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The importance of emergency management at clubs

BY KALON HUETT

Proactive members of Somerville Bowling Club recently helped save a player’s life in a medical emergency at Mt Eliza Bowling Club, during the Grand Final between Mount Martha Bowls Club and Rosebud Country Club.

The incident highlighted the importance of every bowls club prioritising first aid management by having first aid qualified club members and access to full first aid kits and (ideally) defibrillators, as sudden cardiac arrest can happen to anyone, anywhere and at any time.

Implementing a First Aid and Medical Emergency Plan is the best place to start. Why? Because when something serious happens, treating a person properly in the first minutes can make all the difference.

Emergency incident

During the Pennant Grand Final at Mt Eliza earlier this year a player collapsed on the bank.

Two spectators from Somerville Bowling Club – Alexa Kinnane, a registered nurse, and John McLean, a former lifeguard – responded immediately to the incident. Unable to detect a pulse the pair performed CPR, and with the aid of a defibrillator, they continued to resuscitate the player for 20 minutes until the paramedics arrived.

The player was transported to hospital where he underwent bypass surgery and is making a good recovery.

“All Bowls Clubs have the age demographic where incidents such as this are more likely to occur, so it’s essential to have competent First Aiders and defibrillators available at clubs, while First Aid refresher courses should be encouraged,” says Bob Savage, President of Somerville Bowling Club.

“Alexa and John’s actions undoubtedly saved the player’s life. Time in any emergency situation is always vital, but it is important to make a correct assessment of what action is needed. In this case, the player had stopped breathing and a positive assessment was made, followed by the commencement of CPR and use of the defibrillator.”

Is your club emergency ready?

Every bowls club need to ensure that medical emergency measures are in place in case of an unexpected incident. A First Aid and Medical Emergency Plan should be established before a serious incident occurs and cover key areas such as the various roles in an emergency situation, access to a telephone and venue details, emergency telephone numbers clearly displayed, details of prior medical conditions and necessary emergency responses, and clear access for emergency vehicles.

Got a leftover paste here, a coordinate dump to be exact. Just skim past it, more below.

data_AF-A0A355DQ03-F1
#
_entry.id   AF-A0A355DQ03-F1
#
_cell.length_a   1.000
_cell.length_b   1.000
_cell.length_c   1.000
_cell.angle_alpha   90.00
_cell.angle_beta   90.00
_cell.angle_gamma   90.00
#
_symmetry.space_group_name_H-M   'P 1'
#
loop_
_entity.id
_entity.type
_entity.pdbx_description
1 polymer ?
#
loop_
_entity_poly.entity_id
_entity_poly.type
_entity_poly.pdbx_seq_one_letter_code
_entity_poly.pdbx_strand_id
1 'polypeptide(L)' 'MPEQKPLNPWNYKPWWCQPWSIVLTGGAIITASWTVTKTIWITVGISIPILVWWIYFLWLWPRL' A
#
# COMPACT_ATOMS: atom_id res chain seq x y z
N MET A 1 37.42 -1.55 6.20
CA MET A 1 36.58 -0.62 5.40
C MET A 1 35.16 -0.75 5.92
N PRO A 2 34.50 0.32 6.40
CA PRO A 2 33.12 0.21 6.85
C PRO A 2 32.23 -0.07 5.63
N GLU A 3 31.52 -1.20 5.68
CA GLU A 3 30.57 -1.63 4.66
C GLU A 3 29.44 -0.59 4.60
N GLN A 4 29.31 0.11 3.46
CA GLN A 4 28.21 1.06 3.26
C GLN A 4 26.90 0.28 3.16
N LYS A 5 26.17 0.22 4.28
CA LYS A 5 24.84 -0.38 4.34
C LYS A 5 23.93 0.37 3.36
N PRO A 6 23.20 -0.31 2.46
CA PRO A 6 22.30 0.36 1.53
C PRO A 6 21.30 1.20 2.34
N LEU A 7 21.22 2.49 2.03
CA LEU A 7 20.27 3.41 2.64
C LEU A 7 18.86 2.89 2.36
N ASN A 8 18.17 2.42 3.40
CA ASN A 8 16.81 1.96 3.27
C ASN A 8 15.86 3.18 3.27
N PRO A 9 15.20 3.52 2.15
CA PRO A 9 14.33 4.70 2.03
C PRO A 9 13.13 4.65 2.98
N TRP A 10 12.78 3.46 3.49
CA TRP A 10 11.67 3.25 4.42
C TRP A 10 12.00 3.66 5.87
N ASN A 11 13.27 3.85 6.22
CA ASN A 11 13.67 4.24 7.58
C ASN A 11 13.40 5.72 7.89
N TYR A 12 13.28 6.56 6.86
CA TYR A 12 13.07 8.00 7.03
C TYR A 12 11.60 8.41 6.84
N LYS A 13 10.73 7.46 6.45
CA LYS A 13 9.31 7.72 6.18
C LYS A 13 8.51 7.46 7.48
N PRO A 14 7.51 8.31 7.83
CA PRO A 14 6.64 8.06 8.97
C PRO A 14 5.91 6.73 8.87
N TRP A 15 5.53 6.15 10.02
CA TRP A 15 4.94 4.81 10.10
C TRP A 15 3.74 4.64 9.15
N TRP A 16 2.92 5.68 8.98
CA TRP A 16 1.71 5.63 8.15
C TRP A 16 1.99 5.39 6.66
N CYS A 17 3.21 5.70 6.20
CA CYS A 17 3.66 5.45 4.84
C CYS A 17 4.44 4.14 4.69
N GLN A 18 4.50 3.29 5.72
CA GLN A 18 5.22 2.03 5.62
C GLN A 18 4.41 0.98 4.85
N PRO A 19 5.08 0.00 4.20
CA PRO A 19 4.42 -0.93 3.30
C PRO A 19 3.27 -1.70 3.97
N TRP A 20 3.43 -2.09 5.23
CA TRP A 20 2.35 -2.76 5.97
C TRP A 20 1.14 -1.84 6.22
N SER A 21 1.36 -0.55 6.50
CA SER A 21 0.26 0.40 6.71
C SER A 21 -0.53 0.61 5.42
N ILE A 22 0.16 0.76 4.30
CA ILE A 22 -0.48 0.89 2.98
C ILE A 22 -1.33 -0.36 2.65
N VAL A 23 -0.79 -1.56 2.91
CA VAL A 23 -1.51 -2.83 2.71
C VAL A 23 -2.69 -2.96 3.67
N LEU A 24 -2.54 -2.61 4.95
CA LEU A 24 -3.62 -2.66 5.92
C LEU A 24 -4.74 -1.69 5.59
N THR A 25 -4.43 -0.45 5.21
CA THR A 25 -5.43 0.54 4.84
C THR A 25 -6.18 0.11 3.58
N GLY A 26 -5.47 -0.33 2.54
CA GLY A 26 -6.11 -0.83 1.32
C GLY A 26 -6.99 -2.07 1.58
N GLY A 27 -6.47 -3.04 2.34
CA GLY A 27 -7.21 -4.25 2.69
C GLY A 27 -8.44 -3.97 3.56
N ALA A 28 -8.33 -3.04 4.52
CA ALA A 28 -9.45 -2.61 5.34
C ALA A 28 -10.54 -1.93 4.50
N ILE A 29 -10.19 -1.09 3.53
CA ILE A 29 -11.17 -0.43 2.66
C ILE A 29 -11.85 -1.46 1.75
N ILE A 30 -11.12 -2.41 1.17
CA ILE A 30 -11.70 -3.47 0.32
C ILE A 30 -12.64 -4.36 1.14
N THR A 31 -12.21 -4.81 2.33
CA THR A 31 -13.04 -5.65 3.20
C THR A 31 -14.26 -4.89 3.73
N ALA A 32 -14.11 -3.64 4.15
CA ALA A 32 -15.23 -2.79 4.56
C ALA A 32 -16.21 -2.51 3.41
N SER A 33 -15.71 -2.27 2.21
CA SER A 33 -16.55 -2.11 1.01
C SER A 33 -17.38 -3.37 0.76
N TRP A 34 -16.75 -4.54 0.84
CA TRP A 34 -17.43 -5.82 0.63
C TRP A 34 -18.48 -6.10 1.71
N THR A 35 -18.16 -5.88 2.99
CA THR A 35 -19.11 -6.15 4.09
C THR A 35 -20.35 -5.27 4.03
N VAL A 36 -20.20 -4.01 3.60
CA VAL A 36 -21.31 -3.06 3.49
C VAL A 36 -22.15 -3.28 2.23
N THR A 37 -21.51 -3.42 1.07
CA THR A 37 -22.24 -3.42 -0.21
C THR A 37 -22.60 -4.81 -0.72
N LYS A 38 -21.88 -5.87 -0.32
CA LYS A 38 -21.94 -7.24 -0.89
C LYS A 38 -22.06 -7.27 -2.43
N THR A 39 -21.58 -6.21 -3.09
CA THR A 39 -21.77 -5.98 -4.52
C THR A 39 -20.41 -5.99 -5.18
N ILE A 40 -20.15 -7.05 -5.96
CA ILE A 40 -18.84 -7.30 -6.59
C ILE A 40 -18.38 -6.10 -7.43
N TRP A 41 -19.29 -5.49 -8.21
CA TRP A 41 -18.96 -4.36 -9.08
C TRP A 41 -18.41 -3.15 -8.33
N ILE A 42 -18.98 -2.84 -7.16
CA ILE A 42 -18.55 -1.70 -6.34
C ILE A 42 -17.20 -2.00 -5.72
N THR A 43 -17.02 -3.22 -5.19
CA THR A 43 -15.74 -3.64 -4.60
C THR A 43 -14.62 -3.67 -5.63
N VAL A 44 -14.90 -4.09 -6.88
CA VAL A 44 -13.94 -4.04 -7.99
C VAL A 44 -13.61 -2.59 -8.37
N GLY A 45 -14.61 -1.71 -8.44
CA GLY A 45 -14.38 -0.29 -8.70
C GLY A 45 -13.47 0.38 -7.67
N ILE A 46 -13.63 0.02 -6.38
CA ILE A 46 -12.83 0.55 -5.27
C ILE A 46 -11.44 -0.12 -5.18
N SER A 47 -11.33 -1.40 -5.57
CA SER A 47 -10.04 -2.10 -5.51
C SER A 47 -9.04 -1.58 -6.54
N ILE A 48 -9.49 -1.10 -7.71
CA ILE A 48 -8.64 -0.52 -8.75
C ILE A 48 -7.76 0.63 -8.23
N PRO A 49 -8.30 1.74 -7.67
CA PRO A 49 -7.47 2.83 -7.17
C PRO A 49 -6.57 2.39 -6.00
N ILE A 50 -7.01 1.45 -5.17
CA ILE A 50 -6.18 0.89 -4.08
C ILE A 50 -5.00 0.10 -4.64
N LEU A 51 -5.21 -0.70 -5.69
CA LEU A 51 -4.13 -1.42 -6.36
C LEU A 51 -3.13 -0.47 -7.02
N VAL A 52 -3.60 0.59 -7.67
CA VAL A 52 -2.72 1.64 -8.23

Clubs are encouraged to follow the Victorian WorkCover Authority Compliance Code – First Aid in the Workplace. First aid compliance is achieved by providing an appropriate number of First Aid Officers and First Aid Kits for the number of people within a club.

In terms of first aid management, clubs need to pro-active around the following:

First Aid Qualified Volunteers

Every bowls club should have qualified first aiders present at all times. These volunteers are the first responders to an emergency situation and play a critical role in preserving life, so you can’t underestimate their importance when developing your club’s First Aid and Medical Emergency Plan.

A first aid qualification provides club volunteers with the practical skills required to provide first response, life support and management of an incident – such as what happened at Mount Eliza Bowling Club – until professional medical support arrives at the scene.

Keep in mind that while many clubs have existing members with a health/medical background of some kind, industry regulations and standards do tend to change over time. What was once common practice may now not be advisable, so it’s important for all potential first responders to stay up to date with the latest qualifications.

First Aid Training

First aid training is a vital component of an overall Medical Emergency Plan. Various training and community centres offer first aid training around Victoria, while St John Ambulance (VIC) can provide ‘in-house’ first aid training courses to clubs upon request, along with first aid kits and defibrillators.

The recommended course is the Level 2 Provide First Aid (HLTAID003) course. A CPR update must also be completed annually for an individual’s Level 2 First Aid to remain valid for the 3-year accreditation period.

First Aid Kits and Defibrillators

Clubs need to ensure their first aid kits contain everything that might be required. These kits must also be audited regularly to ensure they are always fully stocked with supplies and that nothing is outdated.

It is also highly recommended that clubs invest in a defibrillator to have available on-site at all times. Red Cross provides every sporting club in Australia with an opportunity to access a $1600 subsidy to put towards a defibrillator.

Article: Bowls Victoria

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